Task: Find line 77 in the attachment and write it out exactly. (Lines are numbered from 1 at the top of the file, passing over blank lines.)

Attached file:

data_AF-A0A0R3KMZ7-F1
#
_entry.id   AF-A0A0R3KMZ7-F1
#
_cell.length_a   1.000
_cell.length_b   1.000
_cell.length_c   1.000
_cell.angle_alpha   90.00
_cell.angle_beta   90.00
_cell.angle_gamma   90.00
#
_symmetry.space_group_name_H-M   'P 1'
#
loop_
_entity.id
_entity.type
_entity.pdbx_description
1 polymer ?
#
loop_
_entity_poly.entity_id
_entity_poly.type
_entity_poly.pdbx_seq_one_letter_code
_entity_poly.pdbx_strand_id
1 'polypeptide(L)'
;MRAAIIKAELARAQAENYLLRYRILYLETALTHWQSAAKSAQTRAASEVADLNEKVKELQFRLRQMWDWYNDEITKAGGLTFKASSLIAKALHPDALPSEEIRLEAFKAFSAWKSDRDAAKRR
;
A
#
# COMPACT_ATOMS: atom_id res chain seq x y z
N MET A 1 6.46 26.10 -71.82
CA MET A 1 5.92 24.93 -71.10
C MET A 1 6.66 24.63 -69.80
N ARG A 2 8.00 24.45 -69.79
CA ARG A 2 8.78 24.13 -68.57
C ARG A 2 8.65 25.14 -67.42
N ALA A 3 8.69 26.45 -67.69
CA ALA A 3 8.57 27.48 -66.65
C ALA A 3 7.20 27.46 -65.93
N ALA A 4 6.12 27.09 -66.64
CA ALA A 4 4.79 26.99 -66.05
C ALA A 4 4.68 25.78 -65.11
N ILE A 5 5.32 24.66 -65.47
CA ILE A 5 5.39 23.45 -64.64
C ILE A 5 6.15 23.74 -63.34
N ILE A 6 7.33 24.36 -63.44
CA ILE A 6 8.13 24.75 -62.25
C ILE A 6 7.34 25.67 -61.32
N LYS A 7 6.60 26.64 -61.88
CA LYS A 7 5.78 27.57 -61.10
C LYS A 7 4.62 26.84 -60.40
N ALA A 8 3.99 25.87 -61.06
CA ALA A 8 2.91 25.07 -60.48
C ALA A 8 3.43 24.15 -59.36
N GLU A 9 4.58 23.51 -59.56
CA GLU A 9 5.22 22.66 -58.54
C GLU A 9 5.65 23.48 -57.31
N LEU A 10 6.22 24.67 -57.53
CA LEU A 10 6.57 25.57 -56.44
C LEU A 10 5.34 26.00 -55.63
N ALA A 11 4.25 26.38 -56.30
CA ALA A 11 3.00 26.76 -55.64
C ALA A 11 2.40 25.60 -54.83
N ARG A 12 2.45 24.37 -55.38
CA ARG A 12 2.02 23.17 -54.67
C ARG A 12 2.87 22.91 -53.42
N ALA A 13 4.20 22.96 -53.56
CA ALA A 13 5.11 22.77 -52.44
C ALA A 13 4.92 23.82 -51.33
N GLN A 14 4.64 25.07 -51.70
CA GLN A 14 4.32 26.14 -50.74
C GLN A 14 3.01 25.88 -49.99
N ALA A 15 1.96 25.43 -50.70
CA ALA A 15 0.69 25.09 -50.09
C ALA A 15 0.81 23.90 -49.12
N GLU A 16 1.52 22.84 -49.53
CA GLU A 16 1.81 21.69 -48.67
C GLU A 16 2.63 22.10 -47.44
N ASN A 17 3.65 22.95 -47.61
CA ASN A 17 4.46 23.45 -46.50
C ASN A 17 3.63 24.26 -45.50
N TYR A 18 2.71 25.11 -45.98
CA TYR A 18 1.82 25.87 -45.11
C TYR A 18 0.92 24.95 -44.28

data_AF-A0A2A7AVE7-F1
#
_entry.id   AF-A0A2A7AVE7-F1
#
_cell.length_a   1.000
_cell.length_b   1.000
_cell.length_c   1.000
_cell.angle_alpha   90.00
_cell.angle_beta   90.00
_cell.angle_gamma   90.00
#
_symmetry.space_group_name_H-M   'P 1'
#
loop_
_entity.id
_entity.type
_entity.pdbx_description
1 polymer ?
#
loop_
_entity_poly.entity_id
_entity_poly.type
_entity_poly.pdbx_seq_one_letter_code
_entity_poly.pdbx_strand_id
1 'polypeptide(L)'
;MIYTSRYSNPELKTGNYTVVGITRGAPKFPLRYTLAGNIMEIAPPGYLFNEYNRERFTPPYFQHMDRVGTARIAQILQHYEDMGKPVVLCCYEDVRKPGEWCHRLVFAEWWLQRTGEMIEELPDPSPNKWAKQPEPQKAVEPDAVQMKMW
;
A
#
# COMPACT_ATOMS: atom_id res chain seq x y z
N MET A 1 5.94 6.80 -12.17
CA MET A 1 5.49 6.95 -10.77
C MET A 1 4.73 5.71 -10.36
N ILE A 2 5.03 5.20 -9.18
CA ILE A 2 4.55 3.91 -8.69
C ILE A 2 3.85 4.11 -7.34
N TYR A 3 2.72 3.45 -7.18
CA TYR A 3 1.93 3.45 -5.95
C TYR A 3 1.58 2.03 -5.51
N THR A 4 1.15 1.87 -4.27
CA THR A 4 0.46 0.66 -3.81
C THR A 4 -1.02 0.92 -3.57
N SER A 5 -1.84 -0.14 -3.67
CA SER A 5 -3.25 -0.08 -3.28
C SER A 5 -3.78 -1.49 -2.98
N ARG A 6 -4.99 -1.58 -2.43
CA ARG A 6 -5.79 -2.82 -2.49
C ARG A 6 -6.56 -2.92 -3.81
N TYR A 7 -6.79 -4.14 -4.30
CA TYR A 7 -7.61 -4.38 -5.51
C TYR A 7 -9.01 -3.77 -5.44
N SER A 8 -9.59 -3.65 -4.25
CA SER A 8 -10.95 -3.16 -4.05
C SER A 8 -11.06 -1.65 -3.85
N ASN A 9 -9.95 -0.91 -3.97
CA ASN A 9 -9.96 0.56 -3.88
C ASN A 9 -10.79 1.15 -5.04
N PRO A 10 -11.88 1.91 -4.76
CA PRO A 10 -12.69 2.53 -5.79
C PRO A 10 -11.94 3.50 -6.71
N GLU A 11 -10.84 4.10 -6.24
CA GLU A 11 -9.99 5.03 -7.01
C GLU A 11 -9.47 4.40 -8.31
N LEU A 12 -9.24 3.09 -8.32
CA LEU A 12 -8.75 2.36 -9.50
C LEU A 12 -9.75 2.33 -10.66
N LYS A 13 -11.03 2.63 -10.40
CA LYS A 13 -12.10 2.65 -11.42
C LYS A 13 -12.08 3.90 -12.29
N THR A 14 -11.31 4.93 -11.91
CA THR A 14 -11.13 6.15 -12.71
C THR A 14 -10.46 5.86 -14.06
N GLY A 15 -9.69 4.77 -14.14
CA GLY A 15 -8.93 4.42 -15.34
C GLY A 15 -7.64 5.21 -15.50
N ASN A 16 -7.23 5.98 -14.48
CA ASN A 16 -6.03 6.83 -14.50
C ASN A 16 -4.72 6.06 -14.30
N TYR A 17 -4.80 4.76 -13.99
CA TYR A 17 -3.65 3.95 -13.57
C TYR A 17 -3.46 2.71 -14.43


CA GLU A 16 1.81 21.69 -48.67